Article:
NC23 Headlight Retrofit #1

After moving back to CA, I decided to get a motorcycle again. (I actually got two!) They are both 1990-era 400cc “grey bikes” that were never officially imported into the US, so quite hard to find. One is a 1988 Honda CBR400RR NC23 and the other a 1992 Honda VFR400R NC30. Owning a 20+ year-old motorcycle means there’s a fair amount of restoration work needed, which I’ll describe separately. This post focuses on the first upgrade I decided to do to the NC23: a HID headlight retrofit.

If you’ve seen my the description of my Passat headlight retrofit, you know that I care about having good lights when driving. The standard headlights on the NC23 are, as typical for that era, two small, round lamps, as can be seen in this picture below, taken just after buying the bike. The lamps uses a “H4-like” japanese special bulb that has a 35W low beam and a 60W high beam. So not only are the bulbs 20W less than a normal “H4” bulb, they are mounted in these tiny reflectors that are not very efficient. The result is pretty anemic lights, particularly the low beams.

CBR400RR NC23

The standard headlights on the bike are two small, round 35W halogens.

This certainly doesn’t seem good enough to ride around at dark, not in rural areas and neither in LA traffic. Something had to be done.

The headlights are extremely small. They are 10cm in diameter and only about 6cm deep, so there’s no way a HID projector will fit inside them. But if you’re willing to do some work and accept that the projector will poke out the back quite a bit (this is fine, there’s sufficient space behind the lamps) it might work. I found the tiny Morimoto Matchbox bi-xenon projectors at TheRetrofitSource.com. They don’t recommend them for main headlight retrofits, being so small they don’t have the same amount of light as a full-sized projector, but surely they couldn’t be worse than the standard headlights!  I ordered a set of projectors, 4300K HID bulbs, ballasts, and an extra long bulb extension cable so the ballasts could go in the tail, where there’s plenty of space.

I took apart one headlight, and after liberal use of Dremel and JB Weld, I could fit the projector in it. The picture below shows a bare projector and one mounted in the headlight. Just so you can appreciate how small these projectors are, I included the standard headlight bulb in the picture as well.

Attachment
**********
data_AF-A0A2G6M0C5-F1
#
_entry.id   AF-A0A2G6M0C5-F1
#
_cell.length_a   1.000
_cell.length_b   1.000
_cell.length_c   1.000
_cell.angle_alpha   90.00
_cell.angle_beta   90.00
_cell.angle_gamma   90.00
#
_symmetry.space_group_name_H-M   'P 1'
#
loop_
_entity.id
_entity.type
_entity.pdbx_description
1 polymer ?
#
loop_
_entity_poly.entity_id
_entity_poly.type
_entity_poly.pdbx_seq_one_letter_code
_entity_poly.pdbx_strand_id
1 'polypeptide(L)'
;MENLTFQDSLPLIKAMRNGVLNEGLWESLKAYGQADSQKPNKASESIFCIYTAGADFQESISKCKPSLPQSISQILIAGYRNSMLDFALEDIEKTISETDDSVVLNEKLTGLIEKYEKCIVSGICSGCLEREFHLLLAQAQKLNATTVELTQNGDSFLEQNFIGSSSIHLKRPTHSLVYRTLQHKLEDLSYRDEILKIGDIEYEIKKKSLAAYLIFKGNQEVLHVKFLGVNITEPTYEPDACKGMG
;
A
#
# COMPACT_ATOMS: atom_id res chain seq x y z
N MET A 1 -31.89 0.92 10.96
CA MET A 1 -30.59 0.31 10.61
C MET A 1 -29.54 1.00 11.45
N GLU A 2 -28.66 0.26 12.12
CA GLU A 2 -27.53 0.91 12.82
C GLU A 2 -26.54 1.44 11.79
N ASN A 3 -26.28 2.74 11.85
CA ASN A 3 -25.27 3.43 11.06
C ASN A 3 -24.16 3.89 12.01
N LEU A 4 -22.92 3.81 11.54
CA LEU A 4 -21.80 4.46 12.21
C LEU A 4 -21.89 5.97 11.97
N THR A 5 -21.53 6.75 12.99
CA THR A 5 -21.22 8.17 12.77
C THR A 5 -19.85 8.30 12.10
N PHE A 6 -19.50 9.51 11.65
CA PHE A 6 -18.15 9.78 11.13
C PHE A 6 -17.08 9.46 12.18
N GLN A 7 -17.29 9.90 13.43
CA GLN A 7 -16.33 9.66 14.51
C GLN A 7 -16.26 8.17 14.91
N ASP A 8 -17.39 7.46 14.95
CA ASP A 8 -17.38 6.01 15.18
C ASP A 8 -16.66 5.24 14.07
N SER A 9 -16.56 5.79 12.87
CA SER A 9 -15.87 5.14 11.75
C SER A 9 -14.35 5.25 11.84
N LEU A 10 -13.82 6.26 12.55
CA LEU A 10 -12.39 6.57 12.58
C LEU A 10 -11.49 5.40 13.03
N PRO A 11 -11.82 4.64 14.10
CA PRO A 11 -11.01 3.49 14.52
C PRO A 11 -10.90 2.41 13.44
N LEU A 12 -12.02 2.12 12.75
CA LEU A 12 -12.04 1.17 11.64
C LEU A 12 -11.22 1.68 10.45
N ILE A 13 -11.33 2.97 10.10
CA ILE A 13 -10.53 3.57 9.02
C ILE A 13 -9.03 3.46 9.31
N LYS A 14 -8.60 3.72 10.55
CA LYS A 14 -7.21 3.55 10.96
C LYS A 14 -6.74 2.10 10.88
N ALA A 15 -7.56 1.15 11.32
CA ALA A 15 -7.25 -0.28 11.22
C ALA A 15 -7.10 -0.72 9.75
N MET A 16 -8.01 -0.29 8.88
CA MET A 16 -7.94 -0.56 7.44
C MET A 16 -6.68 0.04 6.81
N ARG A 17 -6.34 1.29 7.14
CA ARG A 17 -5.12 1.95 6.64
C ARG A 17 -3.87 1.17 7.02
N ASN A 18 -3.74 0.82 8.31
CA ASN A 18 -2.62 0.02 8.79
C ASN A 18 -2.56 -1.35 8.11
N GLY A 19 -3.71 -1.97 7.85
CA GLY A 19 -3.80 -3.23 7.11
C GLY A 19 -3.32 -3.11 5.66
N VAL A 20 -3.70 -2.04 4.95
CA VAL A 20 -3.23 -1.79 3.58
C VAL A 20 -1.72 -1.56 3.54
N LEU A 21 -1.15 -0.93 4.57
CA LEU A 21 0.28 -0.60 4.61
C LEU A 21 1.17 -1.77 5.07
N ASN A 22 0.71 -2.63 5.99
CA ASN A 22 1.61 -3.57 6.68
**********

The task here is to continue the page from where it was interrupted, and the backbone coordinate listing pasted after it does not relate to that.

Morimoto Matchbox projectors

These are the Morimoto Matchbox projectors, one of them mounted in the disassembled headlight. The standard halogen bulb is included for scale.

So how does the beam from the Matchbox projectors compare to the remaining standard headlight? The pictures below were taken with identical exposure settings, set to avoid saturating any of the pictures. Judge for yourself:

Standard low beam

The standard low beam. The exposure was set to not overexpose any of the shots, which were taken with identical exposures. It really is this dim, in comparison.

Standard high beam

The standard 60W high beam. A lot brighter than the low beam, at least.

Matchbox low beam

The low beam from the Matchbox projectors. Not only is it dramatically brighter than the standard low beam, it also is much wider. The beam pattern is not bad, but there’s some kind of reflection above the cutoff.

Matchbox high beam

The high beams from the Matchbox projectors. If you compare the garage door pattern on the low and high beam shots you can see how much higher the beam is.

Clearly this will be a dramatic improvement. Remaining to do is to paint the inside of the old reflector housing black, secure the projector in the housing, mount the shroud, and then wire it up. Shouldn’t be a big deal.

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